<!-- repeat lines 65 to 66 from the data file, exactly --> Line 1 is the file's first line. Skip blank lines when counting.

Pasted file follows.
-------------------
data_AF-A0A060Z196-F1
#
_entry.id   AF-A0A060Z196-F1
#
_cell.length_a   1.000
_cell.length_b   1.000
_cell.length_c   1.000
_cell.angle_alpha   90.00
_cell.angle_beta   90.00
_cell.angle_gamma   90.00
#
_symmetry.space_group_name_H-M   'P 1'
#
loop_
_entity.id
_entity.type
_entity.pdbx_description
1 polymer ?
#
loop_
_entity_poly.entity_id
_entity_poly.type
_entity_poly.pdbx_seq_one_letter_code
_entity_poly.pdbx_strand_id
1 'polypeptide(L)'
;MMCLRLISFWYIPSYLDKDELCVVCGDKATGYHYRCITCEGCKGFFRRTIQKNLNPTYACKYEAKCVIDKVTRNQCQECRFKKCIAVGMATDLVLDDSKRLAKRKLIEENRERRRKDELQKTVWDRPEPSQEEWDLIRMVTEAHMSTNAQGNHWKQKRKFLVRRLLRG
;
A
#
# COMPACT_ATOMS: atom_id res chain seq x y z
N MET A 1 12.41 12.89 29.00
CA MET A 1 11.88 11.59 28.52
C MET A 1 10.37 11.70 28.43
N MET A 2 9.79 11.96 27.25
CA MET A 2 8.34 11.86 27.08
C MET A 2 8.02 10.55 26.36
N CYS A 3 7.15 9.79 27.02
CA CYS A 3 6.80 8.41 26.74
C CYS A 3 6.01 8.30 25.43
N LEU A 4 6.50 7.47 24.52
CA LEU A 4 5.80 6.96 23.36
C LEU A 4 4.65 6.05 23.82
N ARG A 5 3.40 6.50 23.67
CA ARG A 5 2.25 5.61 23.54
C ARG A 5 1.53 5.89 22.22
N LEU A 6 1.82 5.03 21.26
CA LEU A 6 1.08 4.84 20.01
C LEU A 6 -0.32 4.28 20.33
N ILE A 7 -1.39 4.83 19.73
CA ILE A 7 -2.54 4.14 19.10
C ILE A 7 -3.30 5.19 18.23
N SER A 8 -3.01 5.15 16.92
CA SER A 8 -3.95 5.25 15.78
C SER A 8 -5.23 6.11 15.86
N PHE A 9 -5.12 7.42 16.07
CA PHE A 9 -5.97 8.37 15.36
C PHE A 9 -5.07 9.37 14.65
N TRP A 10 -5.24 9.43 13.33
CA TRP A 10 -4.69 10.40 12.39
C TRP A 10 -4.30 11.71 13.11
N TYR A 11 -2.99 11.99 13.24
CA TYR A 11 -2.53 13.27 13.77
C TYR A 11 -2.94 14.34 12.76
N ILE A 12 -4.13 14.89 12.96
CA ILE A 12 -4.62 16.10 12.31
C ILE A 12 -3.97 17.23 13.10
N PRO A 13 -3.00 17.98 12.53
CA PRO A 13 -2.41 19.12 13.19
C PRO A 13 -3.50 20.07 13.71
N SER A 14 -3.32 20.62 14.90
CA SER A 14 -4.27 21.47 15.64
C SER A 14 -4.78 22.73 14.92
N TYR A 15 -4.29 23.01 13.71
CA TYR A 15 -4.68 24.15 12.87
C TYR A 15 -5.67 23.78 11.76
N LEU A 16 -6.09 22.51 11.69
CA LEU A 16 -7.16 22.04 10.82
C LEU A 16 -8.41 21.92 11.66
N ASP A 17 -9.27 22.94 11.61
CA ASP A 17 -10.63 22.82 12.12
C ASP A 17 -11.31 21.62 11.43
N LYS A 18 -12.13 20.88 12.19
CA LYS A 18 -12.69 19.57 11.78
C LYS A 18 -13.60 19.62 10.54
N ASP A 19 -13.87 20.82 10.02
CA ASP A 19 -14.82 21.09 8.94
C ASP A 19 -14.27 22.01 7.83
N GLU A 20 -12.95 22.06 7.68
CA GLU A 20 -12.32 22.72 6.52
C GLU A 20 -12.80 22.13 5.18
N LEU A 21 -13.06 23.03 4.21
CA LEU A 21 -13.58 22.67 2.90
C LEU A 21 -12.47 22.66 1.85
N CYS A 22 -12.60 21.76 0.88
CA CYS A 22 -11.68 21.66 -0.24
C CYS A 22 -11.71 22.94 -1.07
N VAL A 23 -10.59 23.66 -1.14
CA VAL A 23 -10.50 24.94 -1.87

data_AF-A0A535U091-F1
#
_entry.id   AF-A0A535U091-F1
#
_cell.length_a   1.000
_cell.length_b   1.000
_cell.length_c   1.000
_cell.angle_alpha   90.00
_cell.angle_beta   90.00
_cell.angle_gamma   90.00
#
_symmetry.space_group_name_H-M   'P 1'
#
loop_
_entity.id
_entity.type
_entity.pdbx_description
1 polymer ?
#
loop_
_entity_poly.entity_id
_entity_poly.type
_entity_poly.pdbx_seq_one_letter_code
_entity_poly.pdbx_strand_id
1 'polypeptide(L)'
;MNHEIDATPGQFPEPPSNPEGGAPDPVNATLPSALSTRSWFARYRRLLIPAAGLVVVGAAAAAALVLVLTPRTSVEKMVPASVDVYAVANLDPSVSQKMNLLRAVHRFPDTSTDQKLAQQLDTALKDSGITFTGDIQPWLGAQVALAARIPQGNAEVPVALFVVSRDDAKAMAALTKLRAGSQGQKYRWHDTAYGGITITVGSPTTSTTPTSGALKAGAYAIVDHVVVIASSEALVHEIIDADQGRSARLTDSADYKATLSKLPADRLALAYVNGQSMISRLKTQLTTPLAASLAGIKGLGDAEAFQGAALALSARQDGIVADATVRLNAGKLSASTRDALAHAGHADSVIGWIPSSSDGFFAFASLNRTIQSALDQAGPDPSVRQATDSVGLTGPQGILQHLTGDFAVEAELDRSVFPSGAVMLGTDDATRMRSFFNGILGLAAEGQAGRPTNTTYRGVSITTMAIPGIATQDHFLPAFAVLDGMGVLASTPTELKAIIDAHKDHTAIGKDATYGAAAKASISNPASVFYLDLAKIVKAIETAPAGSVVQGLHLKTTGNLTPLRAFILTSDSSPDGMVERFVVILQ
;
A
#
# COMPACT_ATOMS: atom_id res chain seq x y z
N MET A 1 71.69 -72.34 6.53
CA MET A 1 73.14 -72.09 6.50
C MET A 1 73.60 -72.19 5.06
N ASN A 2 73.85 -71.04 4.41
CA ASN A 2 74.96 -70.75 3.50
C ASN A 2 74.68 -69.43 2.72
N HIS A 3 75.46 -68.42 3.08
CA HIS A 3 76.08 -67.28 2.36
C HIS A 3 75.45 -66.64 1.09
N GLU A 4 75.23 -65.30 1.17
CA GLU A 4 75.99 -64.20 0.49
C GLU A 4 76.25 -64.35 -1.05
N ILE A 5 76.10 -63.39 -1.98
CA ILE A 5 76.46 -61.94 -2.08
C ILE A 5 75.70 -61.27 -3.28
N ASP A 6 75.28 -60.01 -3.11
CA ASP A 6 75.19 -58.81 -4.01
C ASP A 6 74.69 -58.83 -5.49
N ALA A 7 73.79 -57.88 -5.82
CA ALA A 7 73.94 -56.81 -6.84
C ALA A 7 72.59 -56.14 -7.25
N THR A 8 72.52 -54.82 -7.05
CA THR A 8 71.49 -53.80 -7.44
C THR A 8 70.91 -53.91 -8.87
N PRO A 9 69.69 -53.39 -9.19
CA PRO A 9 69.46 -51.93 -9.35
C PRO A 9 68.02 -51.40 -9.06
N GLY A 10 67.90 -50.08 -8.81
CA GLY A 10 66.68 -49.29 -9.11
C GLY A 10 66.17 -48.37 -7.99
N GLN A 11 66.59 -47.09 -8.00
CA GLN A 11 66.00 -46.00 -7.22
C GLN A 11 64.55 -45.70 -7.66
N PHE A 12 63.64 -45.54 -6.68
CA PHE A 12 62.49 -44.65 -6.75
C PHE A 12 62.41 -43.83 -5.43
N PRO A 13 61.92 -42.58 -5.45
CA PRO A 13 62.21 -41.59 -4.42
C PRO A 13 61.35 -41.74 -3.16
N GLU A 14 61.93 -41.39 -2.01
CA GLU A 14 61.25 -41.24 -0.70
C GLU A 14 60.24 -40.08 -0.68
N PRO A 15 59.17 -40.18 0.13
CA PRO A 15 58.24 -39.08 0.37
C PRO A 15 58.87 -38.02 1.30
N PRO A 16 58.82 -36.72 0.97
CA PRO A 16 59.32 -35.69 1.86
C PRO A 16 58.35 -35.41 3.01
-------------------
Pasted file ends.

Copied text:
CA ILE A 12 -4.62 16.10 12.31
C ILE A 12 -3.97 17.23 13.10